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Austrian art critic, writer, and painter.

Career Summary

Seligmann studied at the Vienna Akademie der bildenden Künste 1880-84, and with among others Christian Griepenkerl 1884-87 at the Munich Akademie der Bildenden Künste. He travelled many times to Germany, France, Italy, the Balkans, and Turkey, for purposes of study. Thereafter, he worked as art correspondent for various newspapers, including the Wiener Sonn- und Montags-Zeitung (1894-1904), Die Wage (1898-99), the Neue Freie Presse (1903-34) and Die Moderne Welt (from 1918), in the course of his contributions to which, though against contemporary art, he advocated progressive plein-air painting.

For many years, Seligmann taught at the Vienna Conservatory of Music (Akademie für Musik und darstellende Kunst): from 1889 to 1898 as instructor in "historical costume art," from 1910 to at least 1919 as lecturer (Dozent) in "costume art and art history," from 1912/13 with the title of Professor. In 1897, he founded the Kunstschule für Frauen und Mädchen (Vienna Art School for Women and Girls), later the Frauenakademie (Academy for Women).

Seligmann and Schenker

Seligmann is first mentioned in Schenker's diary for August 9, 1906 going to a concert at the Mozarteum with Schenker, Botstiber, and Moriz Violin; and on October 9, 1906, with Dr. Wilhelm Goldbaum, he advises Schenker on the choice of title for Harmonielehre (OJ 1/5, pp. 17, 22).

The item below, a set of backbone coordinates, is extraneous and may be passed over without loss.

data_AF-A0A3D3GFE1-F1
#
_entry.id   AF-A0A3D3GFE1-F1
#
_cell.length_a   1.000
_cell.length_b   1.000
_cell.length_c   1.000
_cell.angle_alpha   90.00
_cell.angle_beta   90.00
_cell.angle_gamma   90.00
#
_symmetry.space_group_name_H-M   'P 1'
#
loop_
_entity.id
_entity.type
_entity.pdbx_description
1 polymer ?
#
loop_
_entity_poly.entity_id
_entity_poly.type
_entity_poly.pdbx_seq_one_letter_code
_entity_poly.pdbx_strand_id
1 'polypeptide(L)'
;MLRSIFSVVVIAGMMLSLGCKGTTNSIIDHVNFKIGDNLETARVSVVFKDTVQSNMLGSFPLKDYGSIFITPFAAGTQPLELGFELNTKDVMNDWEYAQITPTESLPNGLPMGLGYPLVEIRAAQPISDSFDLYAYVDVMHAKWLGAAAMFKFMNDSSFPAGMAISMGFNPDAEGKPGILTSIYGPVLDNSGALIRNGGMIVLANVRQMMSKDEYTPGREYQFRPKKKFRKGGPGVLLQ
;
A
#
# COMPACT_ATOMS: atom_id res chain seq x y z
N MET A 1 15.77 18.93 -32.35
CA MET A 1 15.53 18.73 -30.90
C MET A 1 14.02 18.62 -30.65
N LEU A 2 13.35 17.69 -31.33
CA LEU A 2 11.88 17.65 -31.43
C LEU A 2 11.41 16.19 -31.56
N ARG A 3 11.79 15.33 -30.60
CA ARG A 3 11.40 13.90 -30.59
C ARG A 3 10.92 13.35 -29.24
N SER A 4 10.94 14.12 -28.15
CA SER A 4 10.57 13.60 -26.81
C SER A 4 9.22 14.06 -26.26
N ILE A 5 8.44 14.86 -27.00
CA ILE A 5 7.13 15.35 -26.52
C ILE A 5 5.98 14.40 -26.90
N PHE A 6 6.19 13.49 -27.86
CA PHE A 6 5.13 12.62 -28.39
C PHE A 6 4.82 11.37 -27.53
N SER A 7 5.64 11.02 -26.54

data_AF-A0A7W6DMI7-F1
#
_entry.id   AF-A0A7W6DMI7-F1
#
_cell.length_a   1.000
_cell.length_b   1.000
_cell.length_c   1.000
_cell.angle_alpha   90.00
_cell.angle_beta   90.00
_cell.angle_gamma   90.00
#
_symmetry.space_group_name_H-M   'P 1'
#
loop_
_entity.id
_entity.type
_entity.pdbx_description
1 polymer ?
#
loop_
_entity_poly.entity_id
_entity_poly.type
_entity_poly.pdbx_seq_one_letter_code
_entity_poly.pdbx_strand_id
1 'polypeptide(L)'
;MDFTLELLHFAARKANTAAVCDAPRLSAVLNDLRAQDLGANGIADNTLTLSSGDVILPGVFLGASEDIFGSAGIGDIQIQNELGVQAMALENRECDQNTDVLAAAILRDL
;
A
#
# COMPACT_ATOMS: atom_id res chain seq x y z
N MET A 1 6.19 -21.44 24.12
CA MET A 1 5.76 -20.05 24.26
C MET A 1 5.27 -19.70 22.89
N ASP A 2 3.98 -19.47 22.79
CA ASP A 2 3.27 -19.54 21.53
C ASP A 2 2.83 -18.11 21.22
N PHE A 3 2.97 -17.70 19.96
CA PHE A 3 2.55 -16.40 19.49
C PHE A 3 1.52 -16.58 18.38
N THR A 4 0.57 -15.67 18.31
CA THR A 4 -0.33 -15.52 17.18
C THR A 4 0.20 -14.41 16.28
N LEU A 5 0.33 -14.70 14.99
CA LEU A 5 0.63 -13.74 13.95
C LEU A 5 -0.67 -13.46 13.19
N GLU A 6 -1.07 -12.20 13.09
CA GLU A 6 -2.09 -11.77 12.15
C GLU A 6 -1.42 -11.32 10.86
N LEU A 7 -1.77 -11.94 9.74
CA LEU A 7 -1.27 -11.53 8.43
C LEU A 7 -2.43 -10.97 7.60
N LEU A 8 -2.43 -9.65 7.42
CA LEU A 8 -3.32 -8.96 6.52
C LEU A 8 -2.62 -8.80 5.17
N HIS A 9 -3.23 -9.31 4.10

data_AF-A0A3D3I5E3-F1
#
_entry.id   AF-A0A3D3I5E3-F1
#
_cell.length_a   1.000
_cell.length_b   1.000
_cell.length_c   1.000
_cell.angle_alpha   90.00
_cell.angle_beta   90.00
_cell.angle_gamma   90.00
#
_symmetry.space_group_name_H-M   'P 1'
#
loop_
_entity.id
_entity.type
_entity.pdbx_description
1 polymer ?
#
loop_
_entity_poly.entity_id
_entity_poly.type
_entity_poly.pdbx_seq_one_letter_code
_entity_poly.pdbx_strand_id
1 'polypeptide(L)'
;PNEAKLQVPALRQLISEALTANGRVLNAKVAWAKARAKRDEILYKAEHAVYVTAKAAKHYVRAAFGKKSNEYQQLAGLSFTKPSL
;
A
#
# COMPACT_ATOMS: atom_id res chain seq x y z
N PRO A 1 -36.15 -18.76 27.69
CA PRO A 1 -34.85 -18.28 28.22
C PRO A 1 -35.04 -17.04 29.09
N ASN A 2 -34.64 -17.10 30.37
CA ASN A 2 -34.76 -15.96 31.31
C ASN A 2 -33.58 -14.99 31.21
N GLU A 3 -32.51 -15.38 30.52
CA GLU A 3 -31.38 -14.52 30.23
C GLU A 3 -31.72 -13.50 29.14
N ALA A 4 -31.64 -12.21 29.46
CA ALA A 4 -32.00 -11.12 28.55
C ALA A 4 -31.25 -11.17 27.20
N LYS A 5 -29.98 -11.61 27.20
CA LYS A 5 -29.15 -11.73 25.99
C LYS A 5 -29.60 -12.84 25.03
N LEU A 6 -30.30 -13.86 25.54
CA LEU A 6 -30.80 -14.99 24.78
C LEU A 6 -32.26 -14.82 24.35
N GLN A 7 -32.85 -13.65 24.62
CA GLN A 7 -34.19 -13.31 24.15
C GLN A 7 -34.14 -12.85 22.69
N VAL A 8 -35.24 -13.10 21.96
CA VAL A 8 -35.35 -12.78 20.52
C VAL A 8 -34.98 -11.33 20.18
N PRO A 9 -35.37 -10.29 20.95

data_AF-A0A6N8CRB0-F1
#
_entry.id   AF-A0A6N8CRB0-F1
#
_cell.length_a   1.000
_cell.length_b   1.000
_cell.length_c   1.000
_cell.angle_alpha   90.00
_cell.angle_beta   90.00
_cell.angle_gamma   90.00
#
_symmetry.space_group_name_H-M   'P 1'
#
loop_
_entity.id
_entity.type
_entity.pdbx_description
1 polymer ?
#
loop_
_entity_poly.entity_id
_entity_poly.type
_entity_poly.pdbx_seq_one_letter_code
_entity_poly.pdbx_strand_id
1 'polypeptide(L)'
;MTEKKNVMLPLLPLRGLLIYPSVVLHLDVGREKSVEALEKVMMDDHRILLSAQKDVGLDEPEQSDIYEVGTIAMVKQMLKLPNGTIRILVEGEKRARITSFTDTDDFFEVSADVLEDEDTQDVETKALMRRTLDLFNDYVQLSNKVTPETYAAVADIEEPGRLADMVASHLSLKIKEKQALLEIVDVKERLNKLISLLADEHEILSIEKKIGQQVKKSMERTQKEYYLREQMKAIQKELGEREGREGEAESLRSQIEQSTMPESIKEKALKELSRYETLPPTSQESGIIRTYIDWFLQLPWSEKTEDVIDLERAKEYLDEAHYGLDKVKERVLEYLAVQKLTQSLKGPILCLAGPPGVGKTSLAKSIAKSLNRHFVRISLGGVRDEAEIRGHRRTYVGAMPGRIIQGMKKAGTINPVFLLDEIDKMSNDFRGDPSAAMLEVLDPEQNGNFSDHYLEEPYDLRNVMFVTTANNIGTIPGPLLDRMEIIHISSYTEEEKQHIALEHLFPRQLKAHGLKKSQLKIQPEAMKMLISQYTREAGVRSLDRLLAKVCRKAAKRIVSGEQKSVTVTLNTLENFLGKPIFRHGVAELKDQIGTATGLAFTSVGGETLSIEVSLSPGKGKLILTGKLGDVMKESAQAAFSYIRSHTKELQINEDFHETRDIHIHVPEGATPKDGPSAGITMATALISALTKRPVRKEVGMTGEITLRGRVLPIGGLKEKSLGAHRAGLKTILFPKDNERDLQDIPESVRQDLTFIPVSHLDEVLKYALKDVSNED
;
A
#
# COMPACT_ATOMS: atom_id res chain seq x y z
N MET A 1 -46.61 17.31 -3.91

Correspondence with Schenker

Correspondence from Seligmann to Schenker is preserved as OJ 14/23 (25 items, 1902-35), that from Schenker to Seligmann at the Wienbibliothek im Rathaus, as J. N. 94475-95664 passim (17 items, 1903-31).

Sources:

  • Österreichisches Biographisches Lexikon 1815-1950, Band XII (Wien 2005), pp. 152-153 and online
  • Jahresberichte der K. K. Akademie für Musik und Darstellende Kunst (Vienna, 1909-19)

Contributor:

  • Marko Deisinger

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Correspondence

  • OJ 6/6, [7] Handwritten letter from Schenker to Moriz Violin, dated March 20, 1918

    [50th Festschrift:] Schenker intends not to influence anyone in their decision to contribute or not. — [Personal issues:] Schenker agrees to draw a line under issues discussed in OJ 6/6, [6]; however, he accounts for his epistolary silence regarding Valerie Violin, including the possible contact with Seligmann; he attempts to explain the matter of the jars of jam and the absence of visits to Schönbrunn, describing vividly how tirelessly Jeanette works and how dependent they both are on Sunday for work time; he expresses outrage that he and Jeanette live so poorly while his pupils live lives of luxury, commenting bitterly on state of play over the Sofie Deutsch stipend; he wishes the Violins well for their 6-month stay in Marburg.

Diaries